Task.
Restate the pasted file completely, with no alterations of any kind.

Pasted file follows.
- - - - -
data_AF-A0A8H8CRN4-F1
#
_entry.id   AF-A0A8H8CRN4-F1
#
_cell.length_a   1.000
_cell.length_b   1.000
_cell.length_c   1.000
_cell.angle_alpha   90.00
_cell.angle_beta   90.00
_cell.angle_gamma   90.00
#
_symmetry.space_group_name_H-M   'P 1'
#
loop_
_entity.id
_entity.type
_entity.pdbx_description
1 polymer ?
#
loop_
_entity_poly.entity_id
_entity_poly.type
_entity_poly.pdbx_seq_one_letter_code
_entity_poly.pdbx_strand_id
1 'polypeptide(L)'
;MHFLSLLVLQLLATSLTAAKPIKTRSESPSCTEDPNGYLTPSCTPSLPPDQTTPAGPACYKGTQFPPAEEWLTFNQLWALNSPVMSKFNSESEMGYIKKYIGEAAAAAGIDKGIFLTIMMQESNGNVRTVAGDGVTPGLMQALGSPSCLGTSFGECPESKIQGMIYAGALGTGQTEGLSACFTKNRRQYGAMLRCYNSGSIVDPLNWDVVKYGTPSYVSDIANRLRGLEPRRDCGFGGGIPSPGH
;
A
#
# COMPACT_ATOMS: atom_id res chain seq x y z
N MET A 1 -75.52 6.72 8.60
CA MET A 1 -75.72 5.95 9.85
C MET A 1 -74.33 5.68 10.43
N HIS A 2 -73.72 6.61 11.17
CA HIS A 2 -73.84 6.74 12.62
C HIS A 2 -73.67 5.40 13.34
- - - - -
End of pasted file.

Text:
data_AF-A0A8H8CRN4-F1
#
_entry.id   AF-A0A8H8CRN4-F1
#
_cell.length_a   1.000
_cell.length_b   1.000
_cell.length_c   1.000
_cell.angle_alpha   90.00
_cell.angle_beta   90.00
_cell.angle_gamma   90.00
#
_symmetry.space_group_name_H-M   'P 1'
#
loop_
_entity.id
_entity.type
_entity.pdbx_description
1 polymer ?
#
loop_
_entity_poly.entity_id
_entity_poly.type
_entity_poly.pdbx_seq_one_letter_code
_entity_poly.pdbx_strand_id
1 'polypeptide(L)'
;MHFLSLLVLQLLATSLTAAKPIKTRSESPSCTEDPNGYLTPSCTPSLPPDQTTPAGPACYKGTQFPPAEEWLTFNQLWALNSPVMSKFNSESEMGYIKKYIGEAAAAAGIDKGIFLTIMMQESNGNVRTVAGDGVTPGLMQALGSPSCLGTSFGECPESKIQGMIYAGALGTGQTEGLSACFTKNRRQYGAMLRCYNSGSIVDPLNWDVVKYGTPSYVSDIANRLRGLEPRRDCGFGGGIPSPGH
;
A
#
# COMPACT_ATOMS: atom_id res chain seq x y z
N MET A 1 -75.52 6.72 8.60
CA MET A 1 -75.72 5.95 9.85
C MET A 1 -74.33 5.68 10.43
N HIS A 2 -73.72 6.61 11.17
CA HIS A 2 -73.84 6.74 12.62
C HIS A 2 -73.67 5.40 13.34